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Dante Ferretti's design recreating faithfully the traditional costumes and building with a great reality, with Roger Deakins beautiful cinematography (which depth, nuances and richness of colors are so beautifully transferred on this DVD), as well as Philip Glass's music, make KUNDUN a visual poem. Also must be noted is Thelma Schoonmaker's complex editing which explores and reveals the complexity of the story and giving them a beautiful, almost musical rhythm. According to Mr. Scorsese, the climatic Sand-Mandhala montage sequence that cross-cut the Dalai Lama's exile to India and a religious ceremony was her idea, and it brings the film up to an incredible spiritual level. Yet, Scorsese does not show Tibet as an idyllic and idealized society. By using the young Dalai Lama's point of view as a narrative strategy throughout the film, by showing almost everything through his eyes, the film also glimpses at the complexity of the Tibetan society and its own problems; "I didn't know monks has guns" "Is there a prison in Potala" says the 12 years old Dalai Lama.
Violence, or human pain to be more exact, is also present in this film. An amazing nightmare sequence shows the Dalai Lama in the midle of thousands of dead monks. A typical Scorsese image?Read more ›
But now I look at the film as being almost two separate parts. The first half shows us the Dali Lama as a child who must take on the role of Kundun and gives us a very slow (and beautiful) sense of environment and atmosphere. It also quietly sets up characters that will grow in importance as the film continues. The second "adult half" of the movie focuses on the Kundun having to deal with an aggressive communist China closing in on him and his people.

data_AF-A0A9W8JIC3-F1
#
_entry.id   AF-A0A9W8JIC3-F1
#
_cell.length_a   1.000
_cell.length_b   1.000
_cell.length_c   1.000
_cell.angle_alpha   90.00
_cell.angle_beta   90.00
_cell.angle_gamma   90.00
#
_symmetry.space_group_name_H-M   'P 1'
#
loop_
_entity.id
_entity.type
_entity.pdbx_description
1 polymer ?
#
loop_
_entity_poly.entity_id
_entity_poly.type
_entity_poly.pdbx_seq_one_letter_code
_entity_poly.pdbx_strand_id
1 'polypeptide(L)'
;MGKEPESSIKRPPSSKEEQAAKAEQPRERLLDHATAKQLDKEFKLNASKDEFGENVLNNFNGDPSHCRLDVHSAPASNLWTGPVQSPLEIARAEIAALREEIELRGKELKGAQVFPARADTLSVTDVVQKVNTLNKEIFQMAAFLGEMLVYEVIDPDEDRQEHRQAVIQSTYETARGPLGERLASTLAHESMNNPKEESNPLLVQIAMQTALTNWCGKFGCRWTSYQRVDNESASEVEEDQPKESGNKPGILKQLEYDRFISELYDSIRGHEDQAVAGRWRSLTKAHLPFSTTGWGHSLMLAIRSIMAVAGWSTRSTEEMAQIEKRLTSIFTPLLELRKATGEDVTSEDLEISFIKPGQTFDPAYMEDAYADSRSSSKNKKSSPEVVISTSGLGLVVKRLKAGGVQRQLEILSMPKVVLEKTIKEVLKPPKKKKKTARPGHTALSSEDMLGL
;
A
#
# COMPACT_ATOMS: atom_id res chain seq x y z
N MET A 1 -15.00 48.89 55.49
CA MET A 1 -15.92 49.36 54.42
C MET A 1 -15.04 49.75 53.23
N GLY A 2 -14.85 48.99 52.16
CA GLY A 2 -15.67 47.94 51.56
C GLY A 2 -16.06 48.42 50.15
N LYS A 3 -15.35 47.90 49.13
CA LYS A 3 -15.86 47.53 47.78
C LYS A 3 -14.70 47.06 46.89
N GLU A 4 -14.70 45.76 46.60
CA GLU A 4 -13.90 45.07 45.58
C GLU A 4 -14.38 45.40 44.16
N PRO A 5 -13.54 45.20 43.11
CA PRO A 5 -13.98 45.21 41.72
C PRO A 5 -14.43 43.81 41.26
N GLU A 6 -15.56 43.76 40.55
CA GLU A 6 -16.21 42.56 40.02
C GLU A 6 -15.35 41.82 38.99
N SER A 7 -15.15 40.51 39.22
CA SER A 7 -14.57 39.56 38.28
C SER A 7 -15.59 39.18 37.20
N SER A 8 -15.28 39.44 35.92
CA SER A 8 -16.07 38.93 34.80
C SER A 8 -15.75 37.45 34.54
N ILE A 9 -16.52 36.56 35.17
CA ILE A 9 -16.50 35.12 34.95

I feel like many people (including Ebert who said this is the only Scorsese movie he would not want to see again...) watch it once and say it was slow and they didn't care about the Dali Lama character enough. Well if you only watch it once you won't be able to see the detail (like the shot of the Kundun looking at Mao's shoes, or the baby Kundun separating the fighting beetles) , and depth that make up the fabric of this movie. There are all kinds of great shots and quick edits (the 3 seconds of violence in this film are more powerful then the lengthened violence in other films), and symbolism that you simply can't get your mind around the first time you watch this movie. Having said all of that, the cinematography alone would make this movie worth getting. And at $10, you make out like a bandit.
Most Recent Customer Reviews
Good book and follows the story line, similar to SEVEN YEARS IN TIBET. Well worth reading both books and getting the CD.Published 7 days ago by PfV
A mesmerizing masterpiece! Another brilliant epic from five-time Academy Award nominated-Director: Martin Scorsese. Read morePublished 1 month ago by Nina Kish
I can really add nothing to the other reviews other than to say this is a great movie regardless of your spiritual views.Published 1 month ago by Dwayne the Luddite
When Disney was making the movie, the Chinese government told it to stop or face stoppage in the construction of the Disneyland in Shanghai, China. Read morePublished 2 months ago by H. Ma
This movie is taken from Tibet, where a 2 year old boy has been described as the 14th reincarnation of the Buddha of Compassion. Read morePublished 3 months ago by Jeremiah Sanderson
The film opens in Tibet in 1937, four years after the death of the 13th Dalai Lama, as monks find a young boy whom they sense may be their reincarnated leader. Read morePublished 3 months ago by Amazon Customer
‘Kundun’ stands out to be influential as compared to other epic biographical films of the past and present generations. Read morePublished 3 months ago by Moe A.